Jail changed me physically and mentally. I lost a lot of weight from not eating the nasty food and getting very small portions. My mentality changed because being here made me truly realize how beautiful life really is, how us humans take our freedom for granted. To think before you act, to never go anywhere you know you could get in trouble, and to appreciate that freedom is the most valuable luxury in this world.

If there’s one thing I learned, it’s that sometimes shit has to get a lot worse before it gets any better. At first for me everything was terrible: I was locked in a cell all day, starved throughout the day, got moved to different facilities a lot, and had no idea when I was going home. Now, I am housed in a two-story dorm with my own room, I buy commissary so I never starve, and I am not leaving Yaphank until I go home.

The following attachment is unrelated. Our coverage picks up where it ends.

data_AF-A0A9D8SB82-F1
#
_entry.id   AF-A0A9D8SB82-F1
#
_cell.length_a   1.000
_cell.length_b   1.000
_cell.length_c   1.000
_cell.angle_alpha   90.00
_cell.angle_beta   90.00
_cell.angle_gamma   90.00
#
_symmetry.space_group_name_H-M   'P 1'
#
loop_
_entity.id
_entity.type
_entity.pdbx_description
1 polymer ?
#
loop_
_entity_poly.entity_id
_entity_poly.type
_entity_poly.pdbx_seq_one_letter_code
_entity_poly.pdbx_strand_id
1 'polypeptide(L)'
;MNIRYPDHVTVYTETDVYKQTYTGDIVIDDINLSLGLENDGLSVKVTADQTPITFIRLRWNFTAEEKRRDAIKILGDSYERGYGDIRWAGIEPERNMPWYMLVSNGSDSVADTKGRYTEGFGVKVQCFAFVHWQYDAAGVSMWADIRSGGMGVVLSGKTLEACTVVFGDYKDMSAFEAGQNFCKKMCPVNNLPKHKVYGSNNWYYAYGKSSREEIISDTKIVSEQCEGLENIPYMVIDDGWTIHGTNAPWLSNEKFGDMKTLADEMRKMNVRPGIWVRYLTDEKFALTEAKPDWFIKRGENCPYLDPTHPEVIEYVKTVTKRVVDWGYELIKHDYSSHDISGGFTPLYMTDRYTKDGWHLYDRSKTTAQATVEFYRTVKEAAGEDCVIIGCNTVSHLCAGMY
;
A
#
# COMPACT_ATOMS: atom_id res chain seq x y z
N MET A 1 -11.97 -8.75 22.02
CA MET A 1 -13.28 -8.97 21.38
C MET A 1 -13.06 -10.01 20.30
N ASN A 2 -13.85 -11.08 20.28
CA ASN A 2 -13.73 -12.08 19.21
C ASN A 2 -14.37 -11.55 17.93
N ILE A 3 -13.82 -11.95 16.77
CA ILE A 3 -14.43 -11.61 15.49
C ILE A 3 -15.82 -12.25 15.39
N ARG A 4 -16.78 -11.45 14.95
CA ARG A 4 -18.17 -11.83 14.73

The best part of it all is that because I am a minor and this is my first and last crime committed against the State of New York, I was sentenced to only eight months in here. As I write this, I leave on April 25, 2023.

This might sound crazy, but I am glad I came here. It made me a better man. It made me realize that I need to be more careful with the decisions I make. I was living too recklessly before I came here. Jail made me more mature. I stopped doing the little kid stuff I did. I realized that I have to make time for everyone and do different activities because time is precious. I could never take back the months that I lost being here, but I can make up for them and be better.